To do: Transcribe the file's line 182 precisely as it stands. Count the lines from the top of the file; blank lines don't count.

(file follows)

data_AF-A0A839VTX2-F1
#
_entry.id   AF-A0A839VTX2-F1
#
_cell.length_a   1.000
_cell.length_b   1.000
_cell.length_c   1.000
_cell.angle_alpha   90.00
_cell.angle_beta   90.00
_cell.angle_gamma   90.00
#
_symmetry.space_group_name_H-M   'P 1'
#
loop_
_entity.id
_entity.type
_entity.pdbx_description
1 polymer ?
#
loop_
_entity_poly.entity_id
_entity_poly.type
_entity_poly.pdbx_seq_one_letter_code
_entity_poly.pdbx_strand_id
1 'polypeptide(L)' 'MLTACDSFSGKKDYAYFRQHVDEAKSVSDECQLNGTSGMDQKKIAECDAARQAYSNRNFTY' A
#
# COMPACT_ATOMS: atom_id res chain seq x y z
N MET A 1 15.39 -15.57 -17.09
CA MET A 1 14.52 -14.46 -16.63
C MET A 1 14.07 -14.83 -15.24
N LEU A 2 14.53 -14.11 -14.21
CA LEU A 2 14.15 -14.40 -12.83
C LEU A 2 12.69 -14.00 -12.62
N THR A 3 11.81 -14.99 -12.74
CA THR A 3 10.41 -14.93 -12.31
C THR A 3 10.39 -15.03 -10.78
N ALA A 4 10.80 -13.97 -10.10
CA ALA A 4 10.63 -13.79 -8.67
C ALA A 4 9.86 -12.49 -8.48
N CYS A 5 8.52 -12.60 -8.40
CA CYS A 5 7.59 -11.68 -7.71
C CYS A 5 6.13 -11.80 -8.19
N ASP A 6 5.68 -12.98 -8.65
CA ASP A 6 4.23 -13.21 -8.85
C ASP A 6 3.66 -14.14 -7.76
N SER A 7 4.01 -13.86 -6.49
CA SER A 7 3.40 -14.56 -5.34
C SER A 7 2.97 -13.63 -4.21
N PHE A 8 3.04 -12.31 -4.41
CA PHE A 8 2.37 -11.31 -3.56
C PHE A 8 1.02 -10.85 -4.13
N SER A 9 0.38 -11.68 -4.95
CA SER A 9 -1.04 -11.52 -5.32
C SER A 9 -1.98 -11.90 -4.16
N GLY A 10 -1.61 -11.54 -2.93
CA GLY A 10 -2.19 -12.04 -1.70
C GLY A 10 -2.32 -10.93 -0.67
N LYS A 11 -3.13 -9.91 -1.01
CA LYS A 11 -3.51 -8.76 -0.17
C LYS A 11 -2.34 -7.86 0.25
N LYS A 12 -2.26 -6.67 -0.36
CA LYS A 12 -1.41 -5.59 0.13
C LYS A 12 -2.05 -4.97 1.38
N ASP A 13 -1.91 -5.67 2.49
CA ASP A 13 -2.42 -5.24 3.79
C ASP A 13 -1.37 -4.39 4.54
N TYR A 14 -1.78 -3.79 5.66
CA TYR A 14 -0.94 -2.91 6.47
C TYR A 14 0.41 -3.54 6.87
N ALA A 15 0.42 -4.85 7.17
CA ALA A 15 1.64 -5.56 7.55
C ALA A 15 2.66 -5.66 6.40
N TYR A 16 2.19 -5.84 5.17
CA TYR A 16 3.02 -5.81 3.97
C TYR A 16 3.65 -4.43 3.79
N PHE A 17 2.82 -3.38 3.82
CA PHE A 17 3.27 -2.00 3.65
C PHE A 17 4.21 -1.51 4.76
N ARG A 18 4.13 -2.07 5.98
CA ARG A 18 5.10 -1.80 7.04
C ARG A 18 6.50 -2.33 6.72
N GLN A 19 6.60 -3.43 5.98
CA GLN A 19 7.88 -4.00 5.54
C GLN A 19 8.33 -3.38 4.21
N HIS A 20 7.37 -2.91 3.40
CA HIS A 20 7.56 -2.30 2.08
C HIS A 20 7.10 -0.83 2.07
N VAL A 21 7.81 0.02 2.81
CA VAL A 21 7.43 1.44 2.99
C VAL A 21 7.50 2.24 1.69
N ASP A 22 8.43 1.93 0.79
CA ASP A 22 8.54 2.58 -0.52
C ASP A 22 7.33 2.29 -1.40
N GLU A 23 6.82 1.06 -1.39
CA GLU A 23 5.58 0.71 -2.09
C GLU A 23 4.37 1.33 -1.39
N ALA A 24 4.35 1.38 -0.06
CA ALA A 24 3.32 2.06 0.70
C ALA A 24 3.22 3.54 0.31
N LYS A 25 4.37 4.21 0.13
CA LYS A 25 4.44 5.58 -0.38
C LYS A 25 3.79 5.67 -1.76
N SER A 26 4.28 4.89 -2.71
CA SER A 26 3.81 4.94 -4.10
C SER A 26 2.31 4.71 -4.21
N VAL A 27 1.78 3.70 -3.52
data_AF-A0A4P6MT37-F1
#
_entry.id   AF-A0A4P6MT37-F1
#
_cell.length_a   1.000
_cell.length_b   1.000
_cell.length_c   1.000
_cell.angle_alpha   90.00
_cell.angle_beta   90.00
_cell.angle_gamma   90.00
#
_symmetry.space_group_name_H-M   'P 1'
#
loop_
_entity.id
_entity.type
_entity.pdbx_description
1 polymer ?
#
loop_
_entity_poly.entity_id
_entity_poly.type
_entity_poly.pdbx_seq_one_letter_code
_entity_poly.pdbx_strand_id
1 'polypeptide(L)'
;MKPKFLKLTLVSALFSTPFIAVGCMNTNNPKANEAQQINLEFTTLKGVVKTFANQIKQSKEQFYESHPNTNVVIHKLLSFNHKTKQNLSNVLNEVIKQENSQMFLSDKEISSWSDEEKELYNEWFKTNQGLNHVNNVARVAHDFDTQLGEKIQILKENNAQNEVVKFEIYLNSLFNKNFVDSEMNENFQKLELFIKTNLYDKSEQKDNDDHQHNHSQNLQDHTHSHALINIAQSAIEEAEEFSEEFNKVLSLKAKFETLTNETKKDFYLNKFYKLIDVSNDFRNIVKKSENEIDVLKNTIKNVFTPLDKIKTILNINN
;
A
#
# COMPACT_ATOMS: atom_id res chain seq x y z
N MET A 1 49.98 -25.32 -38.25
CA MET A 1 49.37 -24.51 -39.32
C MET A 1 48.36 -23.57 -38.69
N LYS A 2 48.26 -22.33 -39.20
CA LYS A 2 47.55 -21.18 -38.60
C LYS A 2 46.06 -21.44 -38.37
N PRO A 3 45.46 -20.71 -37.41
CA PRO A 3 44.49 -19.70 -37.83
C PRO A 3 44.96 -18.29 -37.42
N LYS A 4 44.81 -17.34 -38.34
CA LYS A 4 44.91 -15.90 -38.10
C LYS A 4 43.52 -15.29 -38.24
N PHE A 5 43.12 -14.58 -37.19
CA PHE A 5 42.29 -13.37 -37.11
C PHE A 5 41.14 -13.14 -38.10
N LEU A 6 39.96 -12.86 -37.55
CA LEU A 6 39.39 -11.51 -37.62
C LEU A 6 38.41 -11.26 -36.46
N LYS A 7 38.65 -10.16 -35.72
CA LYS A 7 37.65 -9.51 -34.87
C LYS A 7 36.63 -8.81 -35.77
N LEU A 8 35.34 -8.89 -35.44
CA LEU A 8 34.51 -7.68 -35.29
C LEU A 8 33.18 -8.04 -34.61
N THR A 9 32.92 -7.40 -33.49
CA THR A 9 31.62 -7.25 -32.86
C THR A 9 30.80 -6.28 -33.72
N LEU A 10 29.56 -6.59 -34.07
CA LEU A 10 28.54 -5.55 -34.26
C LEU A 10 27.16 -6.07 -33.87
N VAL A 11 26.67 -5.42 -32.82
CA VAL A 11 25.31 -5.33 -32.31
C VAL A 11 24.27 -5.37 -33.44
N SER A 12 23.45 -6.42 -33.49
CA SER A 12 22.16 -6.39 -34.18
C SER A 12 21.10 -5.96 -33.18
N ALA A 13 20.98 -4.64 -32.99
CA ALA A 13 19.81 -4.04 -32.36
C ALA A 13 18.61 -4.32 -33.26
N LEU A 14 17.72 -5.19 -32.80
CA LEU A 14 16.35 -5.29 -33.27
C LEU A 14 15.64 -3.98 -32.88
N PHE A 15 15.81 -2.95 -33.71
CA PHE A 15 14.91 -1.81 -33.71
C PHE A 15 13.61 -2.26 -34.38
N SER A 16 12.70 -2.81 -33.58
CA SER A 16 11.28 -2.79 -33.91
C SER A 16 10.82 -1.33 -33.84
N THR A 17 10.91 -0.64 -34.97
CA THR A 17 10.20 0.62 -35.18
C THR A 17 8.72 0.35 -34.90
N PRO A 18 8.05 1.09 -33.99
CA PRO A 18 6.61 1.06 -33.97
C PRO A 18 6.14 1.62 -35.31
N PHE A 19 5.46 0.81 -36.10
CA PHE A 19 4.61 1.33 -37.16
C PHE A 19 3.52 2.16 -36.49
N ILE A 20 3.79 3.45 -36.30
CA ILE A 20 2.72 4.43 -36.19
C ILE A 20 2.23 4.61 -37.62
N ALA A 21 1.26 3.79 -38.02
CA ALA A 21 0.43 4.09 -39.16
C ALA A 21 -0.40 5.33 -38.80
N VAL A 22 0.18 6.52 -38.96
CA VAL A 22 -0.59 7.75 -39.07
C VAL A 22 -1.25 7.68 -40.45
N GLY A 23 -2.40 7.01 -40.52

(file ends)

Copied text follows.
N SER A 16 12.70 -2.81 -33.58